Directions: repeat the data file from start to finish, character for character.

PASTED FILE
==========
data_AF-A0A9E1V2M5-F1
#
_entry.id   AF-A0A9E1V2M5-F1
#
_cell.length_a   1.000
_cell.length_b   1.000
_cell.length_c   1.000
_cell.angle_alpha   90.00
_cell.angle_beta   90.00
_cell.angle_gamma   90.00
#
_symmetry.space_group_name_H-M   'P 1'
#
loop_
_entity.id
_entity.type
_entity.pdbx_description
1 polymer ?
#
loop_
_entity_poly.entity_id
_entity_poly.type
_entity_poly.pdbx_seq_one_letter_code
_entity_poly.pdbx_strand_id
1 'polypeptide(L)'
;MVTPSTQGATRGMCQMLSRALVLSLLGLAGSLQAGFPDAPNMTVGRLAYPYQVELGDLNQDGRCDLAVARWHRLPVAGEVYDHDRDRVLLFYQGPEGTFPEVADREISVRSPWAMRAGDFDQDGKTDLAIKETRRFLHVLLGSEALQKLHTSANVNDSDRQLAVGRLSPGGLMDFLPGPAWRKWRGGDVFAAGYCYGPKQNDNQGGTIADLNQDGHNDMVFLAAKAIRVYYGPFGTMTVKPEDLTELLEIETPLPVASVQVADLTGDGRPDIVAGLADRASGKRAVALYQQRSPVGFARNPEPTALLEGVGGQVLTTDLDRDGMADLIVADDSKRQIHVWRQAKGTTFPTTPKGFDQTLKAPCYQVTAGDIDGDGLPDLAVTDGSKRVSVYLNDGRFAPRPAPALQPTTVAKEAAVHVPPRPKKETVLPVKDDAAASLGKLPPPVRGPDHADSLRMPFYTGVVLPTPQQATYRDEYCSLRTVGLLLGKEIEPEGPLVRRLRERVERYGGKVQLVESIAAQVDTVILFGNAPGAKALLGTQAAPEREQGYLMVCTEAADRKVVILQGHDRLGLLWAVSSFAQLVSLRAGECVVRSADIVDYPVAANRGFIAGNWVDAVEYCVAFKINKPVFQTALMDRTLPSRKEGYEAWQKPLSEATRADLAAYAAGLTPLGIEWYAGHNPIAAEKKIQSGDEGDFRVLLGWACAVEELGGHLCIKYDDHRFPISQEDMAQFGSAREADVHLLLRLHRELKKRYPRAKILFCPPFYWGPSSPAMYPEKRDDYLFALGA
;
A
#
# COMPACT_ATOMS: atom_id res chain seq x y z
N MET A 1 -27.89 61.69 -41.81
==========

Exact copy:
data_AF-A0A9E1V2M5-F1
#
_entry.id   AF-A0A9E1V2M5-F1
#
_cell.length_a   1.000
_cell.length_b   1.000
_cell.length_c   1.000
_cell.angle_alpha   90.00
_cell.angle_beta   90.00
_cell.angle_gamma   90.00
#
_symmetry.space_group_name_H-M   'P 1'
#
loop_
_entity.id
_entity.type
_entity.pdbx_description
1 polymer ?
#
loop_
_entity_poly.entity_id
_entity_poly.type
_entity_poly.pdbx_seq_one_letter_code
_entity_poly.pdbx_strand_id
1 'polypeptide(L)'
;MVTPSTQGATRGMCQMLSRALVLSLLGLAGSLQAGFPDAPNMTVGRLAYPYQVELGDLNQDGRCDLAVARWHRLPVAGEVYDHDRDRVLLFYQGPEGTFPEVADREISVRSPWAMRAGDFDQDGKTDLAIKETRRFLHVLLGSEALQKLHTSANVNDSDRQLAVGRLSPGGLMDFLPGPAWRKWRGGDVFAAGYCYGPKQNDNQGGTIADLNQDGHNDMVFLAAKAIRVYYGPFGTMTVKPEDLTELLEIETPLPVASVQVADLTGDGRPDIVAGLADRASGKRAVALYQQRSPVGFARNPEPTALLEGVGGQVLTTDLDRDGMADLIVADDSKRQIHVWRQAKGTTFPTTPKGFDQTLKAPCYQVTAGDIDGDGLPDLAVTDGSKRVSVYLNDGRFAPRPAPALQPTTVAKEAAVHVPPRPKKETVLPVKDDAAASLGKLPPPVRGPDHADSLRMPFYTGVVLPTPQQATYRDEYCSLRTVGLLLGKEIEPEGPLVRRLRERVERYGGKVQLVESIAAQVDTVILFGNAPGAKALLGTQAAPEREQGYLMVCTEAADRKVVILQGHDRLGLLWAVSSFAQLVSLRAGECVVRSADIVDYPVAANRGFIAGNWVDAVEYCVAFKINKPVFQTALMDRTLPSRKEGYEAWQKPLSEATRADLAAYAAGLTPLGIEWYAGHNPIAAEKKIQSGDEGDFRVLLGWACAVEELGGHLCIKYDDHRFPISQEDMAQFGSAREADVHLLLRLHRELKKRYPRAKILFCPPFYWGPSSPAMYPEKRDDYLFALGA
;
A
#
# COMPACT_ATOMS: atom_id res chain seq x y z
N MET A 1 -27.89 61.69 -41.81